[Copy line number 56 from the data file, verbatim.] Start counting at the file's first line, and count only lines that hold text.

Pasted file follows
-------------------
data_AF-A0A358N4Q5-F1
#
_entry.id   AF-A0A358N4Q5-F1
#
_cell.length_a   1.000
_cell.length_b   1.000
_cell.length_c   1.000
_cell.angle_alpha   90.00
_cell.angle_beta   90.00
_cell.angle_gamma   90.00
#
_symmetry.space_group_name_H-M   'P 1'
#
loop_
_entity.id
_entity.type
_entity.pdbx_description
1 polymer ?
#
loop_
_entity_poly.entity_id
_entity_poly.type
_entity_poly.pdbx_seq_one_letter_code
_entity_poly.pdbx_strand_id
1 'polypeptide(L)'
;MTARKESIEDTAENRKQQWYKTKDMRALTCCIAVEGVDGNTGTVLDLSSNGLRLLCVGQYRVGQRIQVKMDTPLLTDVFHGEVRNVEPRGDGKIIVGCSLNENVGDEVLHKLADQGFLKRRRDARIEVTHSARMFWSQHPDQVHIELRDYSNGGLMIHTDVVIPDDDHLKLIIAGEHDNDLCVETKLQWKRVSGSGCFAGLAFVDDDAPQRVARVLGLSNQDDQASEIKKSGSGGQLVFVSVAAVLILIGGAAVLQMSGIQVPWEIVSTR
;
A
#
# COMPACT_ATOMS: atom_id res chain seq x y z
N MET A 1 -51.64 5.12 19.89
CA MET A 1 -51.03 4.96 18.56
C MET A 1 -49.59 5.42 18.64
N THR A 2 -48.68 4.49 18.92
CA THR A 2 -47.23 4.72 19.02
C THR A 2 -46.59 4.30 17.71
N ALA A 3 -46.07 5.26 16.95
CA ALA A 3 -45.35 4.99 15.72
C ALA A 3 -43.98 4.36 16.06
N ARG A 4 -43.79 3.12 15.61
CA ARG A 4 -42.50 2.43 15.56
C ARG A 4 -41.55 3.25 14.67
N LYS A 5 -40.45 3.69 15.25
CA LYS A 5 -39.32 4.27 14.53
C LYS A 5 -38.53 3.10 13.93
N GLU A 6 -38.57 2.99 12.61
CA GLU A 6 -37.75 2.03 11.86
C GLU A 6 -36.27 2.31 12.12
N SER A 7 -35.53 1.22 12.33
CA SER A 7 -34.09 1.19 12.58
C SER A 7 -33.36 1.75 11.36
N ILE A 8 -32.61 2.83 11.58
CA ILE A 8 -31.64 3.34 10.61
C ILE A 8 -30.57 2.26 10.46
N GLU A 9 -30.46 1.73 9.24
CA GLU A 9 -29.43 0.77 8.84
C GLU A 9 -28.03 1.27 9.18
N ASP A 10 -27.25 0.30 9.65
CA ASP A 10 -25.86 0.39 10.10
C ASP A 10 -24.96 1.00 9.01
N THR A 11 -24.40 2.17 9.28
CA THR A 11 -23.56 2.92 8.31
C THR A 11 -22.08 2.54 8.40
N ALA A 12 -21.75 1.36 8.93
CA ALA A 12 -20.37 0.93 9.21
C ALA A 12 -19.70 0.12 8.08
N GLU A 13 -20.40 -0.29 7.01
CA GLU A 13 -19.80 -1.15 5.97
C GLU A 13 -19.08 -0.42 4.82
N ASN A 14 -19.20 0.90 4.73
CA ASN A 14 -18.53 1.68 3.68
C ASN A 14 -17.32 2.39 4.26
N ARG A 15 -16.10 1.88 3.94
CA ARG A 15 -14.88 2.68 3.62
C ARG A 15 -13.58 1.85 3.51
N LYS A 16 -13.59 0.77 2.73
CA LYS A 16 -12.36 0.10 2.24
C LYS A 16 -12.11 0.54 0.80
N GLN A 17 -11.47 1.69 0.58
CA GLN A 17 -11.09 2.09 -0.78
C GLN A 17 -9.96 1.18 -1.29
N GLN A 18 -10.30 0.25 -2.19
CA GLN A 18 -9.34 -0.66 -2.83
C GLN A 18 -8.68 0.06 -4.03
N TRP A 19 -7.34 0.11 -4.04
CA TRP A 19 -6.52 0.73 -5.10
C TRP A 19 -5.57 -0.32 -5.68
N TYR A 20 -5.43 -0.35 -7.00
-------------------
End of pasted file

CA GLU A 9 -29.43 0.77 8.84